Each President’s Club member receives a ring, valued at up to $3,000, for their contributions to the company, along with participation in a recognition ceremony held in conjunction with an annual cruise. “Our employees are very proud of those rings, and for good reason,” Harris says. “They’ve earned it by providing the best possible service to their customers.”

While the cost of the ring is significant, its real value resides in what it represents, Harris says. “It embodies the success they’ve achieved on their job. They can show it to their children and their relatives and be proud of what they’ve accomplished.” Approximately 15 percent of employees qualify for the President’s Club every year.

In addition, the company posts pictures and brief bios of members of its “Employee Hall of Fame” at the Cook’s Academy of Customer Service, reinforcing its employee-centric approach to business.


Nothing Replaces Hands-On Training

The success of Cook’s comprehensive training program is based, in large part, on the hands-on training each technician and sales professional receives in “real-world” situations.

For instance, in a house that was built as part of Cook’s Residential Training Center a “baiting wall” has been constructed in which up to 10 technicians can learn how to properly apply bait (see photo above, on the right).

“The 30- to 40-minute training exercise allows them to actually apply bait (without the active ingredient) to various sites they would typically find around a home,” says Robert Humphreys, director of training. These include electrical boxes, wall moulding, door handles, etc.

In the kitchen area of the training facility, technicians are given four minutes to find as many “roach hot spots” as they can identify while conducting an inspection. “Fifty dots have been placed throughout the kitchen in common harborage sites,” Humphreys says, creating a friendly competition among members of the individual training classes. “The technician who finds the most hot spots is recognized for his superior inspection skills during the class.”

Such real-world experiences and hands-on training “changes the recruits’ perception of the industry,” says COO Joey Harris. “They realize pest control is a profession, a profession dedicated to protecting the health and property of our customers. It’s a big deal!”


On-site Facilities.

The latest additions to the company’s training program are a relatively new Residential Training Center, completed in 2012, and a Commercial Training Center, which opened last January. “Sitting in a classroom and learning about various pests is one thing,” observes Gates, “but actually doing it is how people learn best. We find hands-on education is the most effective form of training.”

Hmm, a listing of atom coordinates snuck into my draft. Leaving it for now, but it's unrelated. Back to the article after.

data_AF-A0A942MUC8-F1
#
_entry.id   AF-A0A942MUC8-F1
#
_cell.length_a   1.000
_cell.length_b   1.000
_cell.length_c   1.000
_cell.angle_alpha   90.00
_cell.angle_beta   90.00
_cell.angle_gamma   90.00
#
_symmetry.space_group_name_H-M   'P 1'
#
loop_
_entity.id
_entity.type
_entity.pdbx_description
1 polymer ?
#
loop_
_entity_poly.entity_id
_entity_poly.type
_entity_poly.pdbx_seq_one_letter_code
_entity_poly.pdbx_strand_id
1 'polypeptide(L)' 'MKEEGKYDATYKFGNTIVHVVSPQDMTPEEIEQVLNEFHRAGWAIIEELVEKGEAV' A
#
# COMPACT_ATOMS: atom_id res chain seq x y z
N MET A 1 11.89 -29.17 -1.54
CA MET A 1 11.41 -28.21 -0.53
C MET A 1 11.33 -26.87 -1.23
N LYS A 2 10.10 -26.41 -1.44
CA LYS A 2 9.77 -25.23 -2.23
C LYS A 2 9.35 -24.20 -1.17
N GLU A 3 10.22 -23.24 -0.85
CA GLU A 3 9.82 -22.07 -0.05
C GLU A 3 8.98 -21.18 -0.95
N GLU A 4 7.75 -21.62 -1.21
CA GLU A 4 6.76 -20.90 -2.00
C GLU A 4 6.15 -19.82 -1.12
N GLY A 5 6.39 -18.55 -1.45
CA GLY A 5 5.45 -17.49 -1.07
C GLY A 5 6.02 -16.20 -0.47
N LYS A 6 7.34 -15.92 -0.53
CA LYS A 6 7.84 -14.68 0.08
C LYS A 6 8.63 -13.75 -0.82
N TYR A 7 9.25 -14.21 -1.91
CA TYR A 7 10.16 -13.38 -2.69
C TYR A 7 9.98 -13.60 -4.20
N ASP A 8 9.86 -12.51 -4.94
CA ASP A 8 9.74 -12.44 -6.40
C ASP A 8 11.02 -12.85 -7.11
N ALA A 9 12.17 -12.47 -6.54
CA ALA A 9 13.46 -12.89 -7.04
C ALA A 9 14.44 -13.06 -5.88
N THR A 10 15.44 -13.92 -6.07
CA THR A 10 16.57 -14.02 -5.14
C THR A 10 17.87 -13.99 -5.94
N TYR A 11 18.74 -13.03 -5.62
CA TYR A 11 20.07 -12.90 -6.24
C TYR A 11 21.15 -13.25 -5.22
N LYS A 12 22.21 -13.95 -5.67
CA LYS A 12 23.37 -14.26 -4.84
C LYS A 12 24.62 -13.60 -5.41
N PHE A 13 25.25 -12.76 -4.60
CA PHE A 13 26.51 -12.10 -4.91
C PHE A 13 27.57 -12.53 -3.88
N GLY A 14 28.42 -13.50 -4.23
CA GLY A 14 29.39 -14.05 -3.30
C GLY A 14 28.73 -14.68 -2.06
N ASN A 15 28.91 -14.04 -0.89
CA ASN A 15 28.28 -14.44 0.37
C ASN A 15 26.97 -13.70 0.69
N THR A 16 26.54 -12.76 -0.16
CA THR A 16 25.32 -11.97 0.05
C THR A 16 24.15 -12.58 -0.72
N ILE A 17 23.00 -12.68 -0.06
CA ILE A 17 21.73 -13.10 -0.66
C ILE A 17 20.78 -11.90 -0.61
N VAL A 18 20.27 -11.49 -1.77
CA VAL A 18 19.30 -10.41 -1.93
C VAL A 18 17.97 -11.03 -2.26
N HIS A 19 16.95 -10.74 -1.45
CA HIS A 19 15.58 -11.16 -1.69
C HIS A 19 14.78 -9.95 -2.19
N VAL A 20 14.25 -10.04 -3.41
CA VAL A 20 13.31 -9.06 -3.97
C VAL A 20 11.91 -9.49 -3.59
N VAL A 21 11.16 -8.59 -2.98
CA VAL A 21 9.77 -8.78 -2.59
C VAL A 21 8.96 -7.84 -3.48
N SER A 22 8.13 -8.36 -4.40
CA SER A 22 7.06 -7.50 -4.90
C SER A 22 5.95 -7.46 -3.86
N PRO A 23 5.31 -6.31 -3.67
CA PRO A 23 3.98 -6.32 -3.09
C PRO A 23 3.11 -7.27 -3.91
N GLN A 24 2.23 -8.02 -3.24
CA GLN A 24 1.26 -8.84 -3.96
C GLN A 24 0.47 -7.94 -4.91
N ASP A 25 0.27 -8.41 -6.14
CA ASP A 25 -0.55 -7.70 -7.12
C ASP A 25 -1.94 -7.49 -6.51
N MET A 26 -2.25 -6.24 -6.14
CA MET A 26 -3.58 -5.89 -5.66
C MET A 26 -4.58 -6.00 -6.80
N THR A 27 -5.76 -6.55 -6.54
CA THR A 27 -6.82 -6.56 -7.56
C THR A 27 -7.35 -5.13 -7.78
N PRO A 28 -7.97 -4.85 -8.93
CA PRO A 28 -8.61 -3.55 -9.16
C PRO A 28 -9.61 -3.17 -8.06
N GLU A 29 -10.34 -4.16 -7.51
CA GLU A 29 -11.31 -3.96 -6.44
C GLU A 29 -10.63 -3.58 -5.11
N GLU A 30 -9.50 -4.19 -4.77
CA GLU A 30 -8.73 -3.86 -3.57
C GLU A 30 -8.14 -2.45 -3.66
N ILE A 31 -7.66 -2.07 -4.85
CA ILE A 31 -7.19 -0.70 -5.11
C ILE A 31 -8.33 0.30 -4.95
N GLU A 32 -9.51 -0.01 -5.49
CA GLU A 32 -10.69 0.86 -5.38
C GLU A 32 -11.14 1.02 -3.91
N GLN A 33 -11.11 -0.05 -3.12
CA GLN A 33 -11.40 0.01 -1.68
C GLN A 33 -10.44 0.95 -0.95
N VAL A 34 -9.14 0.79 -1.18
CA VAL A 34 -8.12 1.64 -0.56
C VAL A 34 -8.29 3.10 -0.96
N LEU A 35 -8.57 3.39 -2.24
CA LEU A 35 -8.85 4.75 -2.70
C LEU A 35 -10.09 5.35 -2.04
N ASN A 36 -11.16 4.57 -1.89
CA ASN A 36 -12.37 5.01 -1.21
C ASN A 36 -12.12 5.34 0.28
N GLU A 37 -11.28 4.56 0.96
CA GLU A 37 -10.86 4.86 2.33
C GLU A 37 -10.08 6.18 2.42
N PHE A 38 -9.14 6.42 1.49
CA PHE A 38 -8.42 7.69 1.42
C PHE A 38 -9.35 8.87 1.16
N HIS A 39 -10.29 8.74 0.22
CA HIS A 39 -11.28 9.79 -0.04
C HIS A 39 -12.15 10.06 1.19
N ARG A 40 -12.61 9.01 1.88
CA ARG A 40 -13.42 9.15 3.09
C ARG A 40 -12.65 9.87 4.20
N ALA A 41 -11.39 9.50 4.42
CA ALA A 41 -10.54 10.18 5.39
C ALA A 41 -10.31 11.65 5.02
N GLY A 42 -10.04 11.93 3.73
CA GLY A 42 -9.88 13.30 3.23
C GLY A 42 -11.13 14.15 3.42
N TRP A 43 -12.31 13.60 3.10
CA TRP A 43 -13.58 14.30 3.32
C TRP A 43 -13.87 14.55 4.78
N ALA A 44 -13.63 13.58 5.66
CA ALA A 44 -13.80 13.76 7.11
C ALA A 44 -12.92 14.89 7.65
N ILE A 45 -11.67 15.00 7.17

Both technicians and sales personnel are given the opportunity to inspect, graph and treat a house, under the supervision of a Cook’s training instructor, at the company’s Residential Training Center. Students experience as many different treatment scenarios as possible during this phase of their training — slab, basement and crawlspace construction; a variety of exterior siding options; a variety of ornamental plants around the perimeter of the home; and an assortment of crawlspace doors, foundation supports (piers) and window types.

To make the training as authentic as possible, the backyard includes a deck, patio, lawn furniture, swing set, sand box, storage building, dog house, small pond, and various ornamental plants, flowers and trees. “Virtually anything a technician is likely to encounter in or around a home has been recreated on the grounds of the Residential Training Center,” according to Humphreys.

“Pest control is like putting a puzzle together,” Gates adds. “By recreating a typical residential home — complete with different construction types and building materials — we’re helping our technicians better understand that puzzle.”

Earlier this year, Cook’s opened a Commercial Training Facility to complement its Residential Training Center, where various types of commercial accounts have been recreated including a hotel room, commercial kitchen, convenience store, supermarket, dorm room, daycare center, office cubicle, hospital room, industrial warehouse and fast-food restaurant, complete with drive-thru window.

“It took us some time to acquire all of the materials to outfit the rooms, but it was a blast,” Gates says. “We bought the checkout counter at an online auction from a supermarket that went out of business and the fast-food restaurant furniture and equipment from a Chick-fil-A, which didn’t need them anymore when they updated one of their locations.”

The company also built flexibility into the room designs, allowing each to be altered/updated as necessary. “The rooms aren’t set in stone,” Gates says. “Our biggest fear was to build something that we couldn’t change later.”

Gates says successful commercial pest management is “more about inspections than treatment” so it’s important to create “real-world” scenarios designed to mirror their technicians’ experiences in the field.

“A technician wears many hats and treats many types of accounts,” he says. “We want them to be prepared for anything and our Commercial Training Center, in addition to other key elements of our training program, help us do that.”


The author is publisher of PCT magazine. Email him at